When Hurricane season becomes a part of life


Hurricane season is never fun.  Even when I lived in Maryland, I had to deal with two hurricanes. Hurricane Floyd in 1999, which felled many trees and caused water damage to my home and then Hurricane Isabel in 2003 which raised the water level on the Chesapeake Bay by more than 8 ft, causing substantial flooding.  I remember waking up to dead quiet the morning it rolled in and looking out my bedroom window to see my pier underwater and my yard completely covered in water.  Panic set in as I didn’t know if I would be able to get out of my home.  I could and quickly moved my cars to higher ground.  I was one of the lucky ones in my community then, many had their garages completely under water as well as first-floor damage.

I’ve lived in Florida (full-time) for 12 years now but have owned a home here since 2001.  So, while my houses have been through hurricanes, I hadn’t, that was up until last year when Hurricane Irma rolled through.


Yes, it is all about prepping!   Just like with cooking, if you don’t have all the necessities to ride out a storm, it just is not going to work.  Last year Labor Day Weekend, just about everyone I knew was out enjoying the beach, boating, barbecues, etc., but the worry wart that I am kept watching the news and thinking I’d better prepare.  So, I hit the grocery store where I soon found out I wasn’t alone. Most of the water was already gone as well as batteries (the important ones anyway).  I stocked up with what I could find – a new drill, lanterns, and food (food I could cook and freeze and eat as it thawed, or cans good) and, of course, the mainstay of any hurricane, wine (not included in this picture).

The Cave

That’s what we call a house once all the panels have been put up because it is as dark as a cave inside.  Even more daunting about this is that it’s eerily unsettling not to be able to see anything going on outside. The only thing I find redeeming about having shutters up is that I sleep better than ever, because you don’t hear any outside noises, or have the morning sun waking you up.

Do I Stay or Do I Go Now?

Ah yes, Those famous words from the song from the Clash.  That’s the big decision during a Hurricane.  When you are facing a CAT 4 the obvious answer should be, I will go; but last year I wavered back and forth all week and didn’t decide until the night before, and after a call from my brother pleading me to please leave, that I decided I would go. I had already laid out earlier that week everything I thought I would need in case I would not have a house to come back to, a very daunting task to do; as well as taking pictures and videos of everything in the house. Exhaustion finally taking over I was out by 10:00, but I guess adrenaline was still flooding my body as I was back up at 2:00.  Grabbed a quick cup of coffee, bite to eat, fed Aimee, my golden retriever and loaded up the car.  Luckily, I have an SUV, so I was able to take a lot!  Aimee, however, not so happy about having only just enough space to lay down.  Closing the door to the house, I took one last look back, tears rolling down my face because you just don’t know.  But true to the nature of most Hurricanes, it changed course, heading towards where I was now staying.  So on Saturday morning I quickly packed up the car and returned home.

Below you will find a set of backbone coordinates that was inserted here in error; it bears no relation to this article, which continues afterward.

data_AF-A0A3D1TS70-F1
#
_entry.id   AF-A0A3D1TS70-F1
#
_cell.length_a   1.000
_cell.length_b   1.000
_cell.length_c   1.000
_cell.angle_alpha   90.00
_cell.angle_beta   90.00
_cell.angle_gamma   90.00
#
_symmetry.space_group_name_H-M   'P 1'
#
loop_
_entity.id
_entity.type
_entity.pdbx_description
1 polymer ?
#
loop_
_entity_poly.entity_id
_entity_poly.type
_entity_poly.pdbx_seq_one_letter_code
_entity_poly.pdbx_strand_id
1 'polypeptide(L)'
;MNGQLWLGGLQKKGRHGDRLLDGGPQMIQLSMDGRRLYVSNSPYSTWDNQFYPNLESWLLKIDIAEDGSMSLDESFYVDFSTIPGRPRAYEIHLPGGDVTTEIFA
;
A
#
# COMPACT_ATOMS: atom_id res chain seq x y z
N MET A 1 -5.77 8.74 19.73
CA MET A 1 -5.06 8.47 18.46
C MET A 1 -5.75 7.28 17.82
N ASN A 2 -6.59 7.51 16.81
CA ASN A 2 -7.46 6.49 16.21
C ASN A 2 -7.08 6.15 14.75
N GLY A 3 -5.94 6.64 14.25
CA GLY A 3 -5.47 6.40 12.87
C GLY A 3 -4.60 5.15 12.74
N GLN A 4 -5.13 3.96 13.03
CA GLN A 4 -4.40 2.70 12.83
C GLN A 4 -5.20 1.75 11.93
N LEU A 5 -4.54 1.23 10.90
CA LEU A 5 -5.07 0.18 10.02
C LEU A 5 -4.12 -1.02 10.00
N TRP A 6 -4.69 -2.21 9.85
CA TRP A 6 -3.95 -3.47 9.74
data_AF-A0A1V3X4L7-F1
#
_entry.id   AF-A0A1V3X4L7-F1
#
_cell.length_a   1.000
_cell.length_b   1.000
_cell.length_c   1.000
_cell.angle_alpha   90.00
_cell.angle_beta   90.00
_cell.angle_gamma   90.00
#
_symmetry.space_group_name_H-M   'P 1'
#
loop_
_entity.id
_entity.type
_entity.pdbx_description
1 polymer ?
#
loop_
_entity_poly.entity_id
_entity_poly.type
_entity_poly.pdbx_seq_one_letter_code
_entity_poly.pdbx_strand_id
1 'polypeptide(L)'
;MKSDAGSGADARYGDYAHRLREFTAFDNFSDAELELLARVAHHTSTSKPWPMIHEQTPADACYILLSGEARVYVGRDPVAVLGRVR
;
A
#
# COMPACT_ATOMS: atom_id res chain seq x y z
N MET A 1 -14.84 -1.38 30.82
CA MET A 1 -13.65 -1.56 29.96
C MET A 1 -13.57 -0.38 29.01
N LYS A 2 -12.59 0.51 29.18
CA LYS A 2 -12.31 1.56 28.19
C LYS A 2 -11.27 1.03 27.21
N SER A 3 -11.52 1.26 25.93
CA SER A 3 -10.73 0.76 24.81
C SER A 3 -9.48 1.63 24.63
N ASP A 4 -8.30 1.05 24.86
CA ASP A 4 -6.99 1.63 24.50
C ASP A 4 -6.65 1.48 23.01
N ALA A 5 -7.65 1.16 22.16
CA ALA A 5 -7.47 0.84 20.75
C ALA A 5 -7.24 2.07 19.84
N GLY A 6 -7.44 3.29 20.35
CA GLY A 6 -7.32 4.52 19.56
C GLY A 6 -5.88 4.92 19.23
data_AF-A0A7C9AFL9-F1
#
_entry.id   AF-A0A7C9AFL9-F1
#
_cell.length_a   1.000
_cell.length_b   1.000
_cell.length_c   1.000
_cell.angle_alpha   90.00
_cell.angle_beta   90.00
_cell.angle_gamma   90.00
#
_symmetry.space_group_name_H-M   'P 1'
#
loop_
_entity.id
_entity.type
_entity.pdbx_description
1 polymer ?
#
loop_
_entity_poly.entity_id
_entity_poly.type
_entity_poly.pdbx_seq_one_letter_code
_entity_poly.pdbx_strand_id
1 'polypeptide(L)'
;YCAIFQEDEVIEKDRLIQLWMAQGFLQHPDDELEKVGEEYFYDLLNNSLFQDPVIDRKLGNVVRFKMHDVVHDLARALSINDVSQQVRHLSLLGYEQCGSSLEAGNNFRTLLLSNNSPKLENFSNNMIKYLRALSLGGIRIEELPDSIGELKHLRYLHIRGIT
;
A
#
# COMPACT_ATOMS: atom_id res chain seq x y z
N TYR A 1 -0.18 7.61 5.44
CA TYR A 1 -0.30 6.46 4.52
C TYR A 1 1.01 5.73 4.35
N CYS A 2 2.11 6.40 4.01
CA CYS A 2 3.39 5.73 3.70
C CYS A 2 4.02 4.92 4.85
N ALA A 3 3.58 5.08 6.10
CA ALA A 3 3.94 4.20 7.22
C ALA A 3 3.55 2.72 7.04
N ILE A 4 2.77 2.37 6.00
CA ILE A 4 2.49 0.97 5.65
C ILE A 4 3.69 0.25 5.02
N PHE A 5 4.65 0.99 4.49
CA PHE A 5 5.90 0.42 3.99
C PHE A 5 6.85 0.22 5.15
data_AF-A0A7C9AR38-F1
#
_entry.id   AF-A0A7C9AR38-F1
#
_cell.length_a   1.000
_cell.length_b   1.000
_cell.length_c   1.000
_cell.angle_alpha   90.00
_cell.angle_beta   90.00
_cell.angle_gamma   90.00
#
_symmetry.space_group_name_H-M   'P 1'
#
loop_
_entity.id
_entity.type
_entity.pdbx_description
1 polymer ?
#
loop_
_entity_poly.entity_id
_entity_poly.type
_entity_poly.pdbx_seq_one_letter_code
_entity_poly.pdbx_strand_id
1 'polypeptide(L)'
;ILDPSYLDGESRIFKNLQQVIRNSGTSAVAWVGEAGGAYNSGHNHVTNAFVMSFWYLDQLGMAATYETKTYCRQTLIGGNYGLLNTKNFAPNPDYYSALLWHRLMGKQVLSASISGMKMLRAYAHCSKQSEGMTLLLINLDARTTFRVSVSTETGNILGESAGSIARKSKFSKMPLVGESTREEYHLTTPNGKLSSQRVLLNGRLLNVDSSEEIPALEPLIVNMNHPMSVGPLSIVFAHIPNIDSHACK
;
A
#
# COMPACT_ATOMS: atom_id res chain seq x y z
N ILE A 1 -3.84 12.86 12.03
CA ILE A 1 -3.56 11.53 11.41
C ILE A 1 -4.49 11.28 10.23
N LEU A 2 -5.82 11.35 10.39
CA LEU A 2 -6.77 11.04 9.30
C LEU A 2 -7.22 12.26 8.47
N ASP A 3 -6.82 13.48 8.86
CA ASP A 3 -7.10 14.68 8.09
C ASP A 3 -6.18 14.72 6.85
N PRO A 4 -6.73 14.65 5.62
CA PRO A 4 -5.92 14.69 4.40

The aftermath

Many of you already know the ending to this story, the East Coast of Florida was pretty much spared.  Some cleanup of debris was necessary, but thankfully that was all.  My community escaped damage, we were even fortunate not to lose power or cable.  Later that morning, I took a walk up to the beach, the sun shining as glorious as it always does over the ocean.   Our beach took a big hit, however, with almost six feet deep of beach erosion.

Aimee was my little happy puppy again, helping me out get some of the hurricane panels down.

(well not really, but it’s a cute picture)

Another year has passed, another hurricane season has set in.  In life, and especially with writing, we have our own “personal” hurricanes; something will blow in and set you off course, the important thing is to get the debris cleaned up,  back on track and write again.

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